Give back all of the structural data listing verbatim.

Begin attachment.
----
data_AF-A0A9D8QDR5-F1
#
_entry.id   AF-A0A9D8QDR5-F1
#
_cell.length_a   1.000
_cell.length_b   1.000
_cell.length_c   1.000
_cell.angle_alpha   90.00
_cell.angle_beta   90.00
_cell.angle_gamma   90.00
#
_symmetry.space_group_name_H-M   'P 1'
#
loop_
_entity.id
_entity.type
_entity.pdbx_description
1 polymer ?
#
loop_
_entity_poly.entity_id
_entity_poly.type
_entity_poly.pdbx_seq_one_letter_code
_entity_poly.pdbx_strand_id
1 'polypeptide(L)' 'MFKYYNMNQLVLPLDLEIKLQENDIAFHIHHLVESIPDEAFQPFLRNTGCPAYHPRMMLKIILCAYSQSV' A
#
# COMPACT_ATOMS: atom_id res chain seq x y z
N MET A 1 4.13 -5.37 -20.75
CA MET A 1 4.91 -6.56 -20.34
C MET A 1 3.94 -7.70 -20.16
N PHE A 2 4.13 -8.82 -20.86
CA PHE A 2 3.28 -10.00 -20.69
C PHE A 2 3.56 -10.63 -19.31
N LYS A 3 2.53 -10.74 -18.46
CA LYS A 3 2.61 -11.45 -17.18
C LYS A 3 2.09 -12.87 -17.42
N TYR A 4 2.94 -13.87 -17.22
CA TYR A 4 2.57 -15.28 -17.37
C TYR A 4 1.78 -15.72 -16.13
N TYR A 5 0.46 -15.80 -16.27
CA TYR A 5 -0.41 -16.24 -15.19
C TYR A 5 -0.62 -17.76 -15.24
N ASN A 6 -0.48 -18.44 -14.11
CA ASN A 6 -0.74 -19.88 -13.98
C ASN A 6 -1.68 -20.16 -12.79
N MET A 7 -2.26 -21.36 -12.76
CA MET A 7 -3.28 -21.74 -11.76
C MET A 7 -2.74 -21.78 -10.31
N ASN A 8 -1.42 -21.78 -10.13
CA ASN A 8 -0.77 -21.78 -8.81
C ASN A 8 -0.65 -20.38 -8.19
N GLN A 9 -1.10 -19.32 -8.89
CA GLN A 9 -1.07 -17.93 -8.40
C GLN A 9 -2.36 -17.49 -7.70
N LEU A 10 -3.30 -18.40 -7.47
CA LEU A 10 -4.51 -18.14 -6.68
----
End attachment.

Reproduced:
data_AF-A0A9D8QDR5-F1
#
_entry.id   AF-A0A9D8QDR5-F1
#
_cell.length_a   1.000
_cell.length_b   1.000
_cell.length_c   1.000
_cell.angle_alpha   90.00
_cell.angle_beta   90.00
_cell.angle_gamma   90.00
#
_symmetry.space_group_name_H-M   'P 1'
#
loop_
_entity.id
_entity.type
_entity.pdbx_description
1 polymer ?
#
loop_
_entity_poly.entity_id
_entity_poly.type
_entity_poly.pdbx_seq_one_letter_code
_entity_poly.pdbx_strand_id
1 'polypeptide(L)' 'MFKYYNMNQLVLPLDLEIKLQENDIAFHIHHLVESIPDEAFQPFLRNTGCPAYHPRMMLKIILCAYSQSV' A
#
# COMPACT_ATOMS: atom_id res chain seq x y z
N MET A 1 4.13 -5.37 -20.75
CA MET A 1 4.91 -6.56 -20.34
C MET A 1 3.94 -7.70 -20.16
N PHE A 2 4.13 -8.82 -20.86
CA PHE A 2 3.28 -10.00 -20.69
C PHE A 2 3.56 -10.63 -19.31
N LYS A 3 2.53 -10.74 -18.46
CA LYS A 3 2.61 -11.45 -17.18
C LYS A 3 2.09 -12.87 -17.42
N TYR A 4 2.94 -13.87 -17.22
CA TYR A 4 2.57 -15.28 -17.37
C TYR A 4 1.78 -15.72 -16.13
N TYR A 5 0.46 -15.80 -16.27
CA TYR A 5 -0.41 -16.24 -15.19
C TYR A 5 -0.62 -17.76 -15.24
N ASN A 6 -0.48 -18.44 -14.11
CA ASN A 6 -0.74 -19.88 -13.98
C ASN A 6 -1.68 -20.16 -12.79
N MET A 7 -2.26 -21.36 -12.76
CA MET A 7 -3.28 -21.74 -11.76
C MET A 7 -2.74 -21.78 -10.31
N ASN A 8 -1.42 -21.78 -10.13
CA ASN A 8 -0.77 -21.78 -8.81
C ASN A 8 -0.65 -20.38 -8.19
N GLN A 9 -1.10 -19.32 -8.89
CA GLN A 9 -1.07 -17.93 -8.40
C GLN A 9 -2.36 -17.49 -7.70
N LEU A 10 -3.30 -18.40 -7.47
CA LEU A 10 -4.51 -18.14 -6.68